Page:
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Authors: Carl Hiaasen

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Sick Puppy

BOOK: Sick Puppy
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~  
FOR FENIA,
  ~

H MONAΔIKH MOU AΓAΠH

 

   

   

 

This is a work of fiction. All names and characters are either invented or used fictitiously. To the best of the author’s knowledge, there is no such licensed product as a Double-Jointed Vampire Barbie, nor is there a cinematic portrayal thereof.

 

However, while most events described in this book are imaginary, the dining habits of the common bovine dung beetle are authentically represented.

1

On the morning of April 24, an hour past dawn, a man named Palmer Stoat shot a rare African black rhinoceros. He fired from a distance of thirteen yards and used a Winchester .458, which knocked him flat on his back. The rhinoceros wheeled, as if to charge, before snorting twice and sagging to its knees. Its head came to rest under a spread of palmettos.

Palmer Stoat instructed his guide, a former feed salesman named Durgess, to unpack the camera.

“Let’s first make sure she’s dead,” Durgess said.

“Are you kidding? You see that shot?”

Durgess took the Winchester from his client. He approached the lifeless mass and poked it in the rump with the rifle barrel.

Stoat grinned as he dusted off his mail-order khakis. “Hey, Bungalow Bill, look what I killed!”

While Durgess assembled the video equipment, Stoat inspected his newest trophy, which had cost him thirty thousand dollars, not including ammo and gratuities. When he moved the palmetto fronds away from the rhino’s face, he noticed something wrong.

“You ready?” Durgess was wiping down the lens of the video camera.

“Hey, look here.” Stoat pointed accusingly.

“I’m lookin’. ”

“Care to explain?”

“Explain what? That’s a horn,” said Durgess.

Stoat gave a yank. It broke off in his hands.

Durgess said, “Now see what you done.”

“It’s fake, Jethro.” Angrily Stoat thrust the molded plastic cone at Durgess.

“The other one’s real,” Durgess said defensively.

“The other one’s a nub!”

“Look, it wasn’t my idea.”

“You glued a phony horn on my thirty-thousand-dollar rhinoceros. Is that about right?”

Nervously Durgess cracked his knuckles.

“What’d you guys do with the real one?” Stoat demanded.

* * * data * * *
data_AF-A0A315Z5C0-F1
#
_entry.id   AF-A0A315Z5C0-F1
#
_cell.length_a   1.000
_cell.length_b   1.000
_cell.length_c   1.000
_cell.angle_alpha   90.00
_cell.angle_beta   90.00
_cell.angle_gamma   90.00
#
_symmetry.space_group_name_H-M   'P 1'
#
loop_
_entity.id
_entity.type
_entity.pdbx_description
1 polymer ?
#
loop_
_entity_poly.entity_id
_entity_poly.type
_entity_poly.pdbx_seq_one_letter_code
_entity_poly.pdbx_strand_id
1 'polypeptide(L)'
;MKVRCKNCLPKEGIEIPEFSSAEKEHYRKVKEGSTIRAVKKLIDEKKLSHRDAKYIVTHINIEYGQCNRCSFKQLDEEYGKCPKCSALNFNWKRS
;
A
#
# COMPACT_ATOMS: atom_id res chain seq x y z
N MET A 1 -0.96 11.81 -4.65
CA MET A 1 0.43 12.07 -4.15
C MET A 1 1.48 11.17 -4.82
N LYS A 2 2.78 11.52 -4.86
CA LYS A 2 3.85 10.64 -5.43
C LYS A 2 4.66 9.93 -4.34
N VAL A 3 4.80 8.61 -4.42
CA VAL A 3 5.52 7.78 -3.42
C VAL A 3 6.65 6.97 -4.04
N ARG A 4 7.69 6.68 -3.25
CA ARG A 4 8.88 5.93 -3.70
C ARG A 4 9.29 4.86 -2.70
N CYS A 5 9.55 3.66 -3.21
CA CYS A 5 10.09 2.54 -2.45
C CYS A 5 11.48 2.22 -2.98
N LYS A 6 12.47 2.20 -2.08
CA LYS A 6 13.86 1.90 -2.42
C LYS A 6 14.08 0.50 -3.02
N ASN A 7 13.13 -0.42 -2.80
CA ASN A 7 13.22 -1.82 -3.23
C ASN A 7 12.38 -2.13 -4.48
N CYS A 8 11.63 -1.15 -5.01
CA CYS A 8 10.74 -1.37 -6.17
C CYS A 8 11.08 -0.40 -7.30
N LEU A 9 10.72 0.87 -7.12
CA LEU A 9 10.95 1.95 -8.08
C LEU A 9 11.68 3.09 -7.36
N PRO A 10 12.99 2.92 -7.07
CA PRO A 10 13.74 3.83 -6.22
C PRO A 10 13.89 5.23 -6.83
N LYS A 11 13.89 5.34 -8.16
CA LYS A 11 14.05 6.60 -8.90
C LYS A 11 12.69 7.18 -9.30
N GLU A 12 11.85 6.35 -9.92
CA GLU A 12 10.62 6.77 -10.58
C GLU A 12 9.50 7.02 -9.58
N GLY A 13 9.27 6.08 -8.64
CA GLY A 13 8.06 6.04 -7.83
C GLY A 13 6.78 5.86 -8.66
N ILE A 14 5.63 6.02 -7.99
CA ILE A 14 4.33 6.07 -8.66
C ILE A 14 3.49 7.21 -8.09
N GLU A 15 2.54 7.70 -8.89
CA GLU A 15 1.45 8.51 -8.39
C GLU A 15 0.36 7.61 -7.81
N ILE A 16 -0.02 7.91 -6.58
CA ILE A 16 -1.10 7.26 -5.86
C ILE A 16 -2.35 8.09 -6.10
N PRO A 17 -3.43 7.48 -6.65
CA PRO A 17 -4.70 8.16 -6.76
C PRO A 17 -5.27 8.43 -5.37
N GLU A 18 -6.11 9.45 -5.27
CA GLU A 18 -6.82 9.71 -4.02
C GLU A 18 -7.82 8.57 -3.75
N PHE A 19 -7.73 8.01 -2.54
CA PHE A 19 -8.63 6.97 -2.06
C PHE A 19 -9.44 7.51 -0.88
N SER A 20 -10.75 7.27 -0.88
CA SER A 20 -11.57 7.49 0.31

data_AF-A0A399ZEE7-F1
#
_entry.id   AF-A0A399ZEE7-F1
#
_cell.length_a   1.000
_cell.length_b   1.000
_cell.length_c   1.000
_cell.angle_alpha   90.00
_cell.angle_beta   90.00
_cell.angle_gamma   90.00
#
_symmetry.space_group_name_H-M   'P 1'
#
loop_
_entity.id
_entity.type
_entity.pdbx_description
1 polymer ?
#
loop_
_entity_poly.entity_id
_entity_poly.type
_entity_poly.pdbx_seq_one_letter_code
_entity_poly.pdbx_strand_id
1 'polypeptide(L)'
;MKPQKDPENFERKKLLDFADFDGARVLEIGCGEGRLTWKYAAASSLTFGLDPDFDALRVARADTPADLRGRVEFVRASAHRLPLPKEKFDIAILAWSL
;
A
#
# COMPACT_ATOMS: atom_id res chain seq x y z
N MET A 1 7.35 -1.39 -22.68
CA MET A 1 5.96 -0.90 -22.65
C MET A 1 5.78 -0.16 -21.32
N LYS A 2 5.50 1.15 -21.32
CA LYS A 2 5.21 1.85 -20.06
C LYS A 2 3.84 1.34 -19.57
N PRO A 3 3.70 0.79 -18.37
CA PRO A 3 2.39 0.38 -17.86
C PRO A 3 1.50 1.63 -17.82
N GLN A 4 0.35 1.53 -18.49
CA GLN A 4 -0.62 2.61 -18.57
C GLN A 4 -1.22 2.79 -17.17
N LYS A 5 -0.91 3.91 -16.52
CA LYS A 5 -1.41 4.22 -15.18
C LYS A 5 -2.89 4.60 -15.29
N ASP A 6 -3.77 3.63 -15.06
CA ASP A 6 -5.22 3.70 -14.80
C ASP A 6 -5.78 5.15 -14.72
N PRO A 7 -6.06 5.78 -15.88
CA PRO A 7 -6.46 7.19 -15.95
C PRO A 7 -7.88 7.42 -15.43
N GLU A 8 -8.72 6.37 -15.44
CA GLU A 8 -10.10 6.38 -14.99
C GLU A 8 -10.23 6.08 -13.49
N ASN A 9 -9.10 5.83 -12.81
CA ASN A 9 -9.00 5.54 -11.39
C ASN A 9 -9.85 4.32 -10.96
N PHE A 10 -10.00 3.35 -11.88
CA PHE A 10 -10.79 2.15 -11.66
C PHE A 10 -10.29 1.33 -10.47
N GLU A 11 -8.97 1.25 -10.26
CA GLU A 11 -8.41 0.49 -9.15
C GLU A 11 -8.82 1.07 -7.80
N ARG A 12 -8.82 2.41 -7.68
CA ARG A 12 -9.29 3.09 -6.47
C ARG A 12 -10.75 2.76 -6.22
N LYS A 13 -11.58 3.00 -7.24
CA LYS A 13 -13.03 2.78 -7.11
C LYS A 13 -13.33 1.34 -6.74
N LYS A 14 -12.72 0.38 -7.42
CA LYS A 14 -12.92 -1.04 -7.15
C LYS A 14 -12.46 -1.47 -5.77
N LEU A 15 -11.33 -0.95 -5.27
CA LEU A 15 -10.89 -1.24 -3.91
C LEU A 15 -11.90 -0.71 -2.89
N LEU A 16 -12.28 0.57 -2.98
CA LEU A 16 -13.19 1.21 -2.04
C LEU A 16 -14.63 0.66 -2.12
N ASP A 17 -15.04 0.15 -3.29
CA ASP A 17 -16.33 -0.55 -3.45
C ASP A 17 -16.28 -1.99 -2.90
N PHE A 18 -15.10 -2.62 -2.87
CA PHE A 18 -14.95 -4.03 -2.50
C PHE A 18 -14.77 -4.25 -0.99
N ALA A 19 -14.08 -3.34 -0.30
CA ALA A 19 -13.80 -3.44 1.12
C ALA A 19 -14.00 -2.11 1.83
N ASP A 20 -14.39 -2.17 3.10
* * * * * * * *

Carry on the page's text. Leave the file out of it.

“Sold it. We cut it off and sold it.”

“Perfect.”

“They’s worth a fortune in Asia. Supposably some kinda magic dick medicine. They say it gives you a boner lasts two days.” Durgess shrugged skeptically. “Anyhow, it’s serious bucks, Mr. Stoat. That’s the program for all our rhinos. Some Chinaman over Panama City buys up the horns.”

“You bastards are gypping me.”

“Nossir. A jenna-wine African rhinoceros is what the catalog says, and that’s what you got.”

For a closer look, Stoat knelt in the scrub. The rhino’s cranial horn had been taken off cleanly with a saw, leaving an oval abrasion. There the plastic replacement had been attached with white gummy industrial adhesive. A foot or so up the snout was the animal’s secondary horn, the caudal, real enough but unimpressive; squat and wart-like in profile.

“The whole idea,” Stoat said irritably to Durgess, “was a head mount for my den.”

“And that’s a helluva head, Mr. Stoat, you gotta admit.”

“Except for one tiny detail.”

Stoat tossed the fake horn at Durgess. Durgess let it drop to the ground, now sodden with rhino fluids. He said, “I got a taxidermy man does fiberglass on the side, he’ll fix you up a new one. Nobody’ll know the difference, sir. It’ll look just like the real deal.”

“Fiberglass.”

“Yessir,” Durgess said.

“Hello, why not chrome—ever thought of that? Rip the hood ornament off a Cadillac or maybe a 450-SL. Glue it to the tip of that sucker’s nose.”

Durgess gave Stoat a sullen look. Stoat took the Winchester from the guide and slung it over his shoulder. “Anything else I should know about this animal?”

“Nossir.” There was no point telling Stoat that his trophy rhinoceros also had suffered from cataracts on both eyes, which accounted for its lack of alarm at the approach of heavily armed humans. In addition, the animal had spent its entire life as tame as a hamster, the featured attraction of an Arizona roadside zoo.

Stoat said, “Put the camera away. I don’t want anybody to see the damn thing like this. You’ll get with that fiberglass man right away?”

“First thing tomorrow,” Durgess promised.

Palmer Stoat was feeling better. He rubbed a hand across the rhino’s bristly plated hide and said, “What a magnificent creature.”

Durgess thought: If only I had ten bucks for every time I’ve heard that line.

Stoat produced two thick cigars and offered one to his faithful guide. “Cohibas,” Stoat said, “the genuine article.” Theatrically he fired up.

Durgess declined. He grimaced at the acrid comingling of fumes, stogie and rhino piss.